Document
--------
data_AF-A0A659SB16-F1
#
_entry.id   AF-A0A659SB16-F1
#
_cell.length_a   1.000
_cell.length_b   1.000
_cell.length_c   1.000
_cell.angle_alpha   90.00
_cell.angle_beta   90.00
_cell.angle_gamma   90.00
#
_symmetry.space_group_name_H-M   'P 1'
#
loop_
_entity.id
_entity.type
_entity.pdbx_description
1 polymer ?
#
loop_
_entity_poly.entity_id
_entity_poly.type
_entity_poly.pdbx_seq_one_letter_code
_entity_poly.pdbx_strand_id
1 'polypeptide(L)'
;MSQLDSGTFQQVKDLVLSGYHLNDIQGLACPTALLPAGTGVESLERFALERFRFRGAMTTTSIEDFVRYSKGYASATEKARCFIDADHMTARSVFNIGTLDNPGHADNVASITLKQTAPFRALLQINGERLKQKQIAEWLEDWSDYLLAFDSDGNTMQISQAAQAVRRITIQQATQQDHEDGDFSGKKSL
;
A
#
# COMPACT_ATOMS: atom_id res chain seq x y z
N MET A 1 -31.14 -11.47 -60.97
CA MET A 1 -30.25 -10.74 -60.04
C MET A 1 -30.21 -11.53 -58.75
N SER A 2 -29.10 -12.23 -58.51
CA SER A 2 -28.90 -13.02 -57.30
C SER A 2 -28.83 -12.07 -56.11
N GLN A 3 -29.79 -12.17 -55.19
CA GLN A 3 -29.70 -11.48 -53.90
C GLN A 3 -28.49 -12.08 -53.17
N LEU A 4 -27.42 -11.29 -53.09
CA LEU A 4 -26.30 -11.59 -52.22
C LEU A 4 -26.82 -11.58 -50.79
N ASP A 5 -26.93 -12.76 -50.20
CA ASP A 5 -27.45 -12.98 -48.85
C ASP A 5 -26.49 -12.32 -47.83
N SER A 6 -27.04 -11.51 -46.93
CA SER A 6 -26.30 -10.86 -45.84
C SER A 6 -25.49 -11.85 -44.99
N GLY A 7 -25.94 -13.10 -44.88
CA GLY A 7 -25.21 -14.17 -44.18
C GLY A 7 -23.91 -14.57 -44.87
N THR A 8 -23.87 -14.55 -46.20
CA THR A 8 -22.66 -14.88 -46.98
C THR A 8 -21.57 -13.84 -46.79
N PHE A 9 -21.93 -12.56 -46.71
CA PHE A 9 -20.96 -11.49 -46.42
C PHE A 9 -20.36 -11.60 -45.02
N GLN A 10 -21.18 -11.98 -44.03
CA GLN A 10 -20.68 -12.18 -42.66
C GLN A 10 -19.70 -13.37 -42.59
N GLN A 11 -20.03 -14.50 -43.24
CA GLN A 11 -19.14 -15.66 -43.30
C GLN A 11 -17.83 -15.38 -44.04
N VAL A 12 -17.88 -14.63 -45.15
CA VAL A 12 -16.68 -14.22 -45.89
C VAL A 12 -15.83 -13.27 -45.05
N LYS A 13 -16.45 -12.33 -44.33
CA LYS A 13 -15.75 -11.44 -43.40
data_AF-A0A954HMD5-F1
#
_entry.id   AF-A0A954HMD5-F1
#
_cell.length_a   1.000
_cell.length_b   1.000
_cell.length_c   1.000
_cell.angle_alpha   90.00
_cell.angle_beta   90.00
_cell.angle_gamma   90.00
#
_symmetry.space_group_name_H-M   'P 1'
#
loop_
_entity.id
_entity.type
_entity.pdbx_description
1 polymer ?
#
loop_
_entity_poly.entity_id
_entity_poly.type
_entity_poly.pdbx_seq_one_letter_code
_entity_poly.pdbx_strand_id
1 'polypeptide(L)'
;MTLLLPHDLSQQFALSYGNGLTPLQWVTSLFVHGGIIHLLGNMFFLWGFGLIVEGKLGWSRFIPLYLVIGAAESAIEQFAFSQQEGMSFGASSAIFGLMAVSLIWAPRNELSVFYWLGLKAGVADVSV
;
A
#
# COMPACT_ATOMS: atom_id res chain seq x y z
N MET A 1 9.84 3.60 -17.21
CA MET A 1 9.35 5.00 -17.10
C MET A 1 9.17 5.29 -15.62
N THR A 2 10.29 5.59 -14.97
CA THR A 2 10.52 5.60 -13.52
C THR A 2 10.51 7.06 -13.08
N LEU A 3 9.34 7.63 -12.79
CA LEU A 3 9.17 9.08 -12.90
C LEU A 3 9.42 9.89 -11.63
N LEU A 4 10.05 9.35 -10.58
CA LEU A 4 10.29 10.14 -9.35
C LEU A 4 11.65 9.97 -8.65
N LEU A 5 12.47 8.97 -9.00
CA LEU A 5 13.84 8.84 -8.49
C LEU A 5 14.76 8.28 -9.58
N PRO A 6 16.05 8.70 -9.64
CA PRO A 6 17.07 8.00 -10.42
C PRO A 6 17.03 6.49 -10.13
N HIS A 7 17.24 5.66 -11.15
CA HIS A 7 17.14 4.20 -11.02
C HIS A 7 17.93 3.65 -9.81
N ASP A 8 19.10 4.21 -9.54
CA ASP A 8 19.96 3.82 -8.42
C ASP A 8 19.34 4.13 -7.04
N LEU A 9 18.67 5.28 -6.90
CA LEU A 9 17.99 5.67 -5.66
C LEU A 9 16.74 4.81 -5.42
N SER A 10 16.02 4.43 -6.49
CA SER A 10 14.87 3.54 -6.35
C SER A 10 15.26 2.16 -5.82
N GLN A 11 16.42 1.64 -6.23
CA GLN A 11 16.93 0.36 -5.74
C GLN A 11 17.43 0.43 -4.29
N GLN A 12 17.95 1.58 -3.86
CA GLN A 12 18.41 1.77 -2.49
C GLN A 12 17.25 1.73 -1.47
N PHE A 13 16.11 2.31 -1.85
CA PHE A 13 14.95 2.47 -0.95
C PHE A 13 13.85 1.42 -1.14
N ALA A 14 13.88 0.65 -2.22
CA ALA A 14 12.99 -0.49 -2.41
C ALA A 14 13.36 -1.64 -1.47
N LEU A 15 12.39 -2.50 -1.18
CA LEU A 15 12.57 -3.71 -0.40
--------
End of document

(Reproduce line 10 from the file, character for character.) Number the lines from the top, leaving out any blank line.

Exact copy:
_cell.angle_gamma   90.00